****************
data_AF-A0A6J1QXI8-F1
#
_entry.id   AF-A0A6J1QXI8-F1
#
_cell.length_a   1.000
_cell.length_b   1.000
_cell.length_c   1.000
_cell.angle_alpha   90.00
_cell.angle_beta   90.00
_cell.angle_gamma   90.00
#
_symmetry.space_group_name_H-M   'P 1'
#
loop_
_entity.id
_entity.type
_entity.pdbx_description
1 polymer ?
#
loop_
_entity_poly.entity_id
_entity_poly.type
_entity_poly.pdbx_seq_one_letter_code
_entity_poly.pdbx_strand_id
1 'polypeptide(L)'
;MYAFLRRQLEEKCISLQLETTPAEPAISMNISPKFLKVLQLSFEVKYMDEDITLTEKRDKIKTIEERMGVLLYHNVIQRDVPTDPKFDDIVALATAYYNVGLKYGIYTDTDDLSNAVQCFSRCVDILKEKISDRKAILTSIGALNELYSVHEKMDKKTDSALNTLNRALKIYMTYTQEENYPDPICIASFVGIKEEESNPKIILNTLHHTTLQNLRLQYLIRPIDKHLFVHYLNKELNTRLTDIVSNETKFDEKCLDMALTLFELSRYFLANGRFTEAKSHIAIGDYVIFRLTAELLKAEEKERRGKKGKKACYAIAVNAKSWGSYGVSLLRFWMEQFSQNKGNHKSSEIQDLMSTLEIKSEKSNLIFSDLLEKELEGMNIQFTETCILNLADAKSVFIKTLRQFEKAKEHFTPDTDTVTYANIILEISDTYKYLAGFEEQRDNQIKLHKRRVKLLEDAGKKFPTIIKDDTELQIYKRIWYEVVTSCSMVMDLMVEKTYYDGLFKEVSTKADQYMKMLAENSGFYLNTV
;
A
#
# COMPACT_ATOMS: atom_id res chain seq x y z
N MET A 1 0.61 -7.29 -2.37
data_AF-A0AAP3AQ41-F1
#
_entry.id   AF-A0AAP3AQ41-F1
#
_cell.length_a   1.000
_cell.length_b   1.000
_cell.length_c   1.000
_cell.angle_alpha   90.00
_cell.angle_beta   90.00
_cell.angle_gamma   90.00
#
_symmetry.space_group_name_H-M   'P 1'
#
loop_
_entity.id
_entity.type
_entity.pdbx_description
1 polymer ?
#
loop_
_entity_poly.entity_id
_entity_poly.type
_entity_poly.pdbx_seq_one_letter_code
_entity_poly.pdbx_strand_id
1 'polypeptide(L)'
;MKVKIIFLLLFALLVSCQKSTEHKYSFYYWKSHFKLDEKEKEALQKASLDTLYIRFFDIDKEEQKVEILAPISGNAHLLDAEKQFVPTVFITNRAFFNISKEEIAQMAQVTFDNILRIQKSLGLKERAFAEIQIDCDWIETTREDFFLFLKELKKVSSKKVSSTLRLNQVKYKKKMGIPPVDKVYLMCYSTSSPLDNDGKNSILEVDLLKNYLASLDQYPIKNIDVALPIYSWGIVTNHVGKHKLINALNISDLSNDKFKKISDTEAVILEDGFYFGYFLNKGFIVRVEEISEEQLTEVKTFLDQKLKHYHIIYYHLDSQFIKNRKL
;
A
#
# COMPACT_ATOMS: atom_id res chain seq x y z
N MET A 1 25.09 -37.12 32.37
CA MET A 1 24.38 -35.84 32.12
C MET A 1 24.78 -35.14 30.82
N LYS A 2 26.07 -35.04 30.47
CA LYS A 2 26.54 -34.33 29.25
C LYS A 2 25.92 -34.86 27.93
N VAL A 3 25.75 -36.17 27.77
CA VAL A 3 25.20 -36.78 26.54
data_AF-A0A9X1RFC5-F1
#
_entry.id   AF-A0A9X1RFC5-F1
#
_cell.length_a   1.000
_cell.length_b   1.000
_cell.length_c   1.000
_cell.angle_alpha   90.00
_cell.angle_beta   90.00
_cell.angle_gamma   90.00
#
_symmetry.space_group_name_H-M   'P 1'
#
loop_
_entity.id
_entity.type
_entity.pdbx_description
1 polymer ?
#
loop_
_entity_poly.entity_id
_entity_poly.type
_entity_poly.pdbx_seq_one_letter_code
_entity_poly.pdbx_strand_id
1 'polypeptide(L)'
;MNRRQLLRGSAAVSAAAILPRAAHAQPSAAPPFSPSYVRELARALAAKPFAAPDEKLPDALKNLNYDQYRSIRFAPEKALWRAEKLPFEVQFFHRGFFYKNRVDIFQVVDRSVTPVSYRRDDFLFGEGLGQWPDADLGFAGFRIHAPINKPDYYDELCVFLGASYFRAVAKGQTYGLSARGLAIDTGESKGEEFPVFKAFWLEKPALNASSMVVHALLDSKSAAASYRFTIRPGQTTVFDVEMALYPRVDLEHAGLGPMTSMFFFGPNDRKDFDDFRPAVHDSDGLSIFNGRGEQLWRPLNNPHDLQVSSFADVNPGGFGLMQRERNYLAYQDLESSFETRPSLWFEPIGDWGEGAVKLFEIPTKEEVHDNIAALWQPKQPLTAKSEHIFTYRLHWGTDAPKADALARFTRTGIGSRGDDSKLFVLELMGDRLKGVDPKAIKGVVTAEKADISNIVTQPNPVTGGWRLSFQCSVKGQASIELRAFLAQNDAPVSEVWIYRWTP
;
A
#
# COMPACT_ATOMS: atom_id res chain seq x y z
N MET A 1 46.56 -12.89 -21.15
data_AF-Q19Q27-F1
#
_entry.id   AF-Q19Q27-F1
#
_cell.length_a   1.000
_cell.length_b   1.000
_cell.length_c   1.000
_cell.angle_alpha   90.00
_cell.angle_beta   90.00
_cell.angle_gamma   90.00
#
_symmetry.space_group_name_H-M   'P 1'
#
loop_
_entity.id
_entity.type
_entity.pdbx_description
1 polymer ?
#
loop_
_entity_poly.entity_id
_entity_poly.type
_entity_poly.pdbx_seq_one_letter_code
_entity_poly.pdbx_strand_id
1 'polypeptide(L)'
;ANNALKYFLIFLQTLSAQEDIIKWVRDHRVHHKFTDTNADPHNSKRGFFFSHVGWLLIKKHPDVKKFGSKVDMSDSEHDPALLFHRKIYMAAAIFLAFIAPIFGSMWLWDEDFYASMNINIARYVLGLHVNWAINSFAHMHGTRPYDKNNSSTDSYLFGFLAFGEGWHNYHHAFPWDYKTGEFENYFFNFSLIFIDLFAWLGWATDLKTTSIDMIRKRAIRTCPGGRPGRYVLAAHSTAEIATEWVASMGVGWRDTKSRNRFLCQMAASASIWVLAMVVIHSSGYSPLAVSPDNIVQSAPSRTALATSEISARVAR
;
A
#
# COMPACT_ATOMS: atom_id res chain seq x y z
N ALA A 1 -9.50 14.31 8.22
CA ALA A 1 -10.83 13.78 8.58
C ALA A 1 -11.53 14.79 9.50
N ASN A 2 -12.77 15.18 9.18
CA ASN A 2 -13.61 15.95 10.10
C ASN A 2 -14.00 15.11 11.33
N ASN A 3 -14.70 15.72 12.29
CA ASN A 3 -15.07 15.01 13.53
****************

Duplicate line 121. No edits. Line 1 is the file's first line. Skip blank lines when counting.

_entity_poly.entity_id